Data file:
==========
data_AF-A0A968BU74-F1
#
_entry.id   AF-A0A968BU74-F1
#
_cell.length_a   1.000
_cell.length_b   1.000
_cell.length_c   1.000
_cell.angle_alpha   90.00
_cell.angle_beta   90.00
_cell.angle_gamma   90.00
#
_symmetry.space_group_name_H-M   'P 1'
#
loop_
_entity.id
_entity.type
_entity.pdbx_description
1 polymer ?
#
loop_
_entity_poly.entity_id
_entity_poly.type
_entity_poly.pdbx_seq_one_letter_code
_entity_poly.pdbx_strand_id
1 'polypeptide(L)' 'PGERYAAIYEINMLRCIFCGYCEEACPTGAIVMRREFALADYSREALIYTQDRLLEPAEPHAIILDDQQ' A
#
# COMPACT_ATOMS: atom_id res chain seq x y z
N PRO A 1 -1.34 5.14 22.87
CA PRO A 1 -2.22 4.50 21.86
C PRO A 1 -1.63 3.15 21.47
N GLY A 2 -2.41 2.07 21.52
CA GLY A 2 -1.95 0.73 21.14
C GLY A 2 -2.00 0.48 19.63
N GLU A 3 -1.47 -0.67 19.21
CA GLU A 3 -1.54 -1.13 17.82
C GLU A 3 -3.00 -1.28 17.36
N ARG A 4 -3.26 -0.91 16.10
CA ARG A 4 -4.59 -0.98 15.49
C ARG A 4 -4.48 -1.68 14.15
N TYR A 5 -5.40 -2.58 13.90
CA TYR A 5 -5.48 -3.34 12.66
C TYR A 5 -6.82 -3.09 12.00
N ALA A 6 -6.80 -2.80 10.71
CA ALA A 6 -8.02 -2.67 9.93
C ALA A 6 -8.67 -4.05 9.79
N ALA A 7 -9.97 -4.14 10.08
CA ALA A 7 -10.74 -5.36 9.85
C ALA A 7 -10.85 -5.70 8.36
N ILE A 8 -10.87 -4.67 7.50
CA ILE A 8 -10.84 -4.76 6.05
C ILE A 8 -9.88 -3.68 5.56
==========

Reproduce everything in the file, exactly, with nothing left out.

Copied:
data_AF-A0A968BU74-F1
#
_entry.id   AF-A0A968BU74-F1
#
_cell.length_a   1.000
_cell.length_b   1.000
_cell.length_c   1.000
_cell.angle_alpha   90.00
_cell.angle_beta   90.00
_cell.angle_gamma   90.00
#
_symmetry.space_group_name_H-M   'P 1'
#
loop_
_entity.id
_entity.type
_entity.pdbx_description
1 polymer ?
#
loop_
_entity_poly.entity_id
_entity_poly.type
_entity_poly.pdbx_seq_one_letter_code
_entity_poly.pdbx_strand_id
1 'polypeptide(L)' 'PGERYAAIYEINMLRCIFCGYCEEACPTGAIVMRREFALADYSREALIYTQDRLLEPAEPHAIILDDQQ' A
#
# COMPACT_ATOMS: atom_id res chain seq x y z
N PRO A 1 -1.34 5.14 22.87
CA PRO A 1 -2.22 4.50 21.86
C PRO A 1 -1.63 3.15 21.47
N GLY A 2 -2.41 2.07 21.52
CA GLY A 2 -1.95 0.73 21.14
C GLY A 2 -2.00 0.48 19.63
N GLU A 3 -1.47 -0.67 19.21
CA GLU A 3 -1.54 -1.13 17.82
C GLU A 3 -3.00 -1.28 17.36
N ARG A 4 -3.26 -0.91 16.10
CA ARG A 4 -4.59 -0.98 15.49
C ARG A 4 -4.48 -1.68 14.15
N TYR A 5 -5.40 -2.58 13.90
CA TYR A 5 -5.48 -3.34 12.66
C TYR A 5 -6.82 -3.09 12.00
N ALA A 6 -6.80 -2.80 10.71
CA ALA A 6 -8.02 -2.67 9.93
C ALA A 6 -8.67 -4.05 9.79
N ALA A 7 -9.97 -4.14 10.08
CA ALA A 7 -10.74 -5.36 9.85
C ALA A 7 -10.85 -5.70 8.36
N ILE A 8 -10.87 -4.67 7.50
CA ILE A 8 -10.84 -4.76 6.05
C ILE A 8 -9.88 -3.68 5.56